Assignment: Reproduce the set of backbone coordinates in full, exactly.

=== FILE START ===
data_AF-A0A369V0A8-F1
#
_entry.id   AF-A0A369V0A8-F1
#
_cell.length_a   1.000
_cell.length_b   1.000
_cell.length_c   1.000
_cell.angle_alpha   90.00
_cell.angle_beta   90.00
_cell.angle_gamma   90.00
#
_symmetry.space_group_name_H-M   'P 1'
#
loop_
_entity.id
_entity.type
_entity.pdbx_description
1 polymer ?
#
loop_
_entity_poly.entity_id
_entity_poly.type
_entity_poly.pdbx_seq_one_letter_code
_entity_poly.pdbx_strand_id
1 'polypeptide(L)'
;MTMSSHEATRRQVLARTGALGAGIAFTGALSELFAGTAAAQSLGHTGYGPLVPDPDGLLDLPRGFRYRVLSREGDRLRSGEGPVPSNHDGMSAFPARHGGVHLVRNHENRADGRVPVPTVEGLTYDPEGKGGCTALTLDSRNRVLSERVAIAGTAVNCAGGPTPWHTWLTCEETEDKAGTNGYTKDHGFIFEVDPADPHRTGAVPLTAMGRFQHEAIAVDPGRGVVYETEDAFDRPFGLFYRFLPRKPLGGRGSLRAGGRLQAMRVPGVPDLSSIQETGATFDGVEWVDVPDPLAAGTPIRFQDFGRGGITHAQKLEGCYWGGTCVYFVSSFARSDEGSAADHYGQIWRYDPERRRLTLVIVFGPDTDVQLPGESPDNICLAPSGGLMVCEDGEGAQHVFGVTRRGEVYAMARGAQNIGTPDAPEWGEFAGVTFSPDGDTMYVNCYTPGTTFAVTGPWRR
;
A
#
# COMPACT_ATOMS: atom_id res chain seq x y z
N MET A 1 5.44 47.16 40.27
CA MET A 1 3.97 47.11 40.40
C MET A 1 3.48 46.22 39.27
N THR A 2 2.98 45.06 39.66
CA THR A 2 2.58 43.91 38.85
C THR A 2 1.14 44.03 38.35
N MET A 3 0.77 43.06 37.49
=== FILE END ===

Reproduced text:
data_AF-A0A369V0A8-F1
#
_entry.id   AF-A0A369V0A8-F1
#
_cell.length_a   1.000
_cell.length_b   1.000
_cell.length_c   1.000
_cell.angle_alpha   90.00
_cell.angle_beta   90.00
_cell.angle_gamma   90.00
#
_symmetry.space_group_name_H-M   'P 1'
#
loop_
_entity.id
_entity.type
_entity.pdbx_description
1 polymer ?
#
loop_
_entity_poly.entity_id
_entity_poly.type
_entity_poly.pdbx_seq_one_letter_code
_entity_poly.pdbx_strand_id
1 'polypeptide(L)'
;MTMSSHEATRRQVLARTGALGAGIAFTGALSELFAGTAAAQSLGHTGYGPLVPDPDGLLDLPRGFRYRVLSREGDRLRSGEGPVPSNHDGMSAFPARHGGVHLVRNHENRADGRVPVPTVEGLTYDPEGKGGCTALTLDSRNRVLSERVAIAGTAVNCAGGPTPWHTWLTCEETEDKAGTNGYTKDHGFIFEVDPADPHRTGAVPLTAMGRFQHEAIAVDPGRGVVYETEDAFDRPFGLFYRFLPRKPLGGRGSLRAGGRLQAMRVPGVPDLSSIQETGATFDGVEWVDVPDPLAAGTPIRFQDFGRGGITHAQKLEGCYWGGTCVYFVSSFARSDEGSAADHYGQIWRYDPERRRLTLVIVFGPDTDVQLPGESPDNICLAPSGGLMVCEDGEGAQHVFGVTRRGEVYAMARGAQNIGTPDAPEWGEFAGVTFSPDGDTMYVNCYTPGTTFAVTGPWRR
;
A
#
# COMPACT_ATOMS: atom_id res chain seq x y z
N MET A 1 5.44 47.16 40.27
CA MET A 1 3.97 47.11 40.40
C MET A 1 3.48 46.22 39.27
N THR A 2 2.98 45.06 39.66
CA THR A 2 2.58 43.91 38.85
C THR A 2 1.14 44.03 38.35
N MET A 3 0.77 43.06 37.49